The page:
Recently, Minnesota United FC, arguably the most successful current franchise in the NASL, America’s Tier II soccer league, announced that the team will be promoted into MLS in 2018. With this news, questions can be raised about the financial state and popularity of minor league soccer in the United States.
The North American Soccer League was reborn in 2011 after its first stint from 1968-1984 failed due to rapid expansion and the retirement of superstar Pele. According to SB Nation, the 2014 season saw attendance grow 30% from the year before, primarily thanks to the expansion franchise Indy Eleven averaging over 10,000 fans per game in its first season. The soon to be promoted Minnesota United averaged around 9,000 fans per game in the fall half of the season, and the newest franchise, the Jacksonville Armada have already drawn 13,000 fans to a preseason game against an MLS team. In addition, the league just announced a major deal with ESPN to have 120 NASL matches carried per season on the online outlet ESPN3, making the games available in 75 nations. These statistics definitely give the minor league soccer fan reason to be optimistic about the league’s future.
Yet the NASL may face future problems due to its marketing philosophy. Since its inception, the league has advertised itself as a decentralized structure allowing new franchises to grow as fast as they want to and spend as much money as they please. Instead of accepting its position as a minor league to the MLS, the NASL arguably hopes to rival the top league by attracting expensive talent and investors like the New York Cosmos. The Cosmos franchise ultimately chose NASL over MLS because they preferred a league without a spending cap rather than one that operates under a single-entity structure.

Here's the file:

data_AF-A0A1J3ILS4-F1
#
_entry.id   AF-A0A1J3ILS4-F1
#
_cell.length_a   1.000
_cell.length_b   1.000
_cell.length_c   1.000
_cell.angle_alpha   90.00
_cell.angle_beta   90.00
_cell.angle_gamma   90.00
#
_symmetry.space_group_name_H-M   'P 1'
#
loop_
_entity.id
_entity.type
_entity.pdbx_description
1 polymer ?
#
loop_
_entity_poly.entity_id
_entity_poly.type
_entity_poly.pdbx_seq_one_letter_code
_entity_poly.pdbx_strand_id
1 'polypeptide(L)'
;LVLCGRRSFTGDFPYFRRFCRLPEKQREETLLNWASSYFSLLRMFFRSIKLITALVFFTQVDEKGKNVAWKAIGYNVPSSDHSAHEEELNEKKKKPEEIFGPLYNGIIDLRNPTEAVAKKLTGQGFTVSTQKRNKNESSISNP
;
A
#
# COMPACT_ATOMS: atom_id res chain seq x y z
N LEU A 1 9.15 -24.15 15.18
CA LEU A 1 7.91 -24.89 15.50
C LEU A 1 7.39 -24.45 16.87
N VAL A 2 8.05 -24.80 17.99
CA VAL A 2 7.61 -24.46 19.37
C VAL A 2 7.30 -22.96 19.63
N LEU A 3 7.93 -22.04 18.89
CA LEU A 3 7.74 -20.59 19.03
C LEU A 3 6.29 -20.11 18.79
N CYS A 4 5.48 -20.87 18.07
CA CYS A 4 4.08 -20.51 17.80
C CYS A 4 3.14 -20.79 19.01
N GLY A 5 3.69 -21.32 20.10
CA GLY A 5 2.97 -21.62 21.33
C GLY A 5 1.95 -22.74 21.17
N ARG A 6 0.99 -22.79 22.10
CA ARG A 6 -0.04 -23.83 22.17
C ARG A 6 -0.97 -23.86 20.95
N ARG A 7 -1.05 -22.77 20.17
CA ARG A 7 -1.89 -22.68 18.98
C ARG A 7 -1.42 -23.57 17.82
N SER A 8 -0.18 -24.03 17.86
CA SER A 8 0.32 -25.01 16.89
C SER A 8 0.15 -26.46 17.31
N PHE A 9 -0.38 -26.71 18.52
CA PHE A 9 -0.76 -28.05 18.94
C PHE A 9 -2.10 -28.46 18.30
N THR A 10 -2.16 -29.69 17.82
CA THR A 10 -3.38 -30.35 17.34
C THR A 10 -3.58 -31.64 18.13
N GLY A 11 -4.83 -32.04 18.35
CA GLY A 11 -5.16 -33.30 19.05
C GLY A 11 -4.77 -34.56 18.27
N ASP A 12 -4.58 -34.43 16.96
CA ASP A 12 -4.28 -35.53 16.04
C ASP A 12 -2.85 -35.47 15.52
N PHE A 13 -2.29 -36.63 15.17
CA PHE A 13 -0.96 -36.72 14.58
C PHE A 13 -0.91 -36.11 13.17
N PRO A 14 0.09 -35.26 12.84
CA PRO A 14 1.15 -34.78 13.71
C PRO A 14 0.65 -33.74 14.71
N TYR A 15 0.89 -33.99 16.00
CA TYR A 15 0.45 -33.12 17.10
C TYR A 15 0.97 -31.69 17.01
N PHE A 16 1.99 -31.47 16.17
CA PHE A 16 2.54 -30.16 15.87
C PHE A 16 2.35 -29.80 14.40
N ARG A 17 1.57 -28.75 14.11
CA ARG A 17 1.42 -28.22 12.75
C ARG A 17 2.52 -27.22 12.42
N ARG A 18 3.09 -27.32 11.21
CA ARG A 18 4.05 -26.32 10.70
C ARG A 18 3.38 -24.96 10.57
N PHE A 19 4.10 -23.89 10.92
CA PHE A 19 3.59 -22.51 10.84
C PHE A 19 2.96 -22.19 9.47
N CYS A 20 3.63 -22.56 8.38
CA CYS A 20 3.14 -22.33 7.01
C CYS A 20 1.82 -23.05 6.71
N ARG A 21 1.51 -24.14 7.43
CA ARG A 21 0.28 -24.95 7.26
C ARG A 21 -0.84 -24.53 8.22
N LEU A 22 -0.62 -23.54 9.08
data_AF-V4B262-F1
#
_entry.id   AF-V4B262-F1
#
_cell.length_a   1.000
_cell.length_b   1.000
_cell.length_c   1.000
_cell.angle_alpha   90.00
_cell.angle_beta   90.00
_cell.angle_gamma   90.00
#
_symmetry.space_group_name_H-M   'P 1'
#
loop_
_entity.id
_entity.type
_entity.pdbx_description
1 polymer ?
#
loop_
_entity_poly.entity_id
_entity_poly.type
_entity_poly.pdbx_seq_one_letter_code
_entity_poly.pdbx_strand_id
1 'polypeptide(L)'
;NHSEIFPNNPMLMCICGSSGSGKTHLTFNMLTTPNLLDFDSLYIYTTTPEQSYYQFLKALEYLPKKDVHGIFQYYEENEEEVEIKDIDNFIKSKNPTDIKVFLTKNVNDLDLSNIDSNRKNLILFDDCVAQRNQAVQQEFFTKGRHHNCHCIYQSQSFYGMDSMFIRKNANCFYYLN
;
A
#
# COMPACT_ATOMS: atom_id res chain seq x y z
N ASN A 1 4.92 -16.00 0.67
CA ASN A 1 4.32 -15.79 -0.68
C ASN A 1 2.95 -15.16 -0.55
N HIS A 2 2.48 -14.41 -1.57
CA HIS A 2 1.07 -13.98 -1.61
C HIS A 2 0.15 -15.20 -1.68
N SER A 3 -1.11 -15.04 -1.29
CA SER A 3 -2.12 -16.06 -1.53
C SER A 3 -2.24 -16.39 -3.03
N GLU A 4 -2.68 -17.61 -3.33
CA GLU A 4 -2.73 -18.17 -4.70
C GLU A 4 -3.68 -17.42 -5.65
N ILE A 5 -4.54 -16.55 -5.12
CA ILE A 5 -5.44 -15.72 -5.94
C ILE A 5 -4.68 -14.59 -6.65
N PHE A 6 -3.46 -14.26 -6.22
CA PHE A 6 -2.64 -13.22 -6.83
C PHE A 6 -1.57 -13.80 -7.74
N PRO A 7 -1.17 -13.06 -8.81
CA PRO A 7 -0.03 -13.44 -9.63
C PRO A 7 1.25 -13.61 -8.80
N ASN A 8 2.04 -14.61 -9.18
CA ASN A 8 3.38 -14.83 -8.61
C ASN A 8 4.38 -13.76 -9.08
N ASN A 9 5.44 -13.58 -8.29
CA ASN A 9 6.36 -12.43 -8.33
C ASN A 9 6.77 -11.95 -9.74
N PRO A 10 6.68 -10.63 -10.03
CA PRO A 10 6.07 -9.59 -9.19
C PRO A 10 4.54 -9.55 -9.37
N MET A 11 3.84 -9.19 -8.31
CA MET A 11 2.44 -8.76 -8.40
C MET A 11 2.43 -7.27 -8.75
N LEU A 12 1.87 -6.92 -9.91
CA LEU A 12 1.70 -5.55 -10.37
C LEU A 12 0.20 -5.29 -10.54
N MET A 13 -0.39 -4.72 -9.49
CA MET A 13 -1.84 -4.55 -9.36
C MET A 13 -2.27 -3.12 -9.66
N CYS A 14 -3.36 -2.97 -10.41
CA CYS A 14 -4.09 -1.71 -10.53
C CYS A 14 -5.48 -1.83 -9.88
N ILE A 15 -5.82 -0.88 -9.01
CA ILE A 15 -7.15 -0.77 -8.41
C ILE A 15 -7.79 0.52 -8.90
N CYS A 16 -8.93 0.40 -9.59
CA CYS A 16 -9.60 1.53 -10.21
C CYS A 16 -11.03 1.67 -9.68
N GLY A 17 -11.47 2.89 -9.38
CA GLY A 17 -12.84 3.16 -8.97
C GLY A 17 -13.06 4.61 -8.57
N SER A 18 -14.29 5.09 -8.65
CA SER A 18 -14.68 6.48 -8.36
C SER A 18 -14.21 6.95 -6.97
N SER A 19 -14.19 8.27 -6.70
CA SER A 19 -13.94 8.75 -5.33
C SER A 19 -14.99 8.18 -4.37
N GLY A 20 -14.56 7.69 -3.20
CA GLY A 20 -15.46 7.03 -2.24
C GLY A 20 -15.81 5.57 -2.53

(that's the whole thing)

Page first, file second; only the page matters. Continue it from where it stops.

The results for the Cosmos have been mixed. According to Capital New York, the team averaged roughly 5,000 fans per game at Hofstra University in 2014 and its ambitious plan for a 25,000 seat stadium near Belmont Park outside Queens has been in limbo for 2 years, due to no response from the Empire State Development organization that put out the proposal back in 2013. See the original promotional video for this stadium below. The team may need to find a site elsewhere because the ESD has not taken this proposal seriously.
Another team recently facing stadium issues has been the Indy Eleven. Despite selling out every game in IUPUI’s Carroll Stadium, the franchise just had a bill rejected by the Indiana State Senate that would have granted the team $82 million to build a new downtown stadium (pictured at the top of this post). As a consolation, the team was granted $20 million to renovate its current facility, but this highlights the image problem that the league faces.
The ongoing reality with NASL, as well as minor league soccer as a whole, is that success for franchises comes when teams are promoted to MLS. This has been evident with the promotion of the Seattle Sounders, Portland Timbers, Vancouver Whitecaps, Orlando City FC, and Montreal Impact. If the league hopes to be popular in its own right, it may need to differentiate itself entirely from MLS. Other sports leagues tend to advertise their major leagues as an area to watch the world’s best talent face off while minor leagues tend to advertise the aesthetic appeal and experience of the game. The issue with soccer is that America currently does not have the world’s best talent in the sport. As a result, both MLS and NASL are advertising the aesthetic appeal and experience of the game. Time will tell if the NASL can survive in this environment.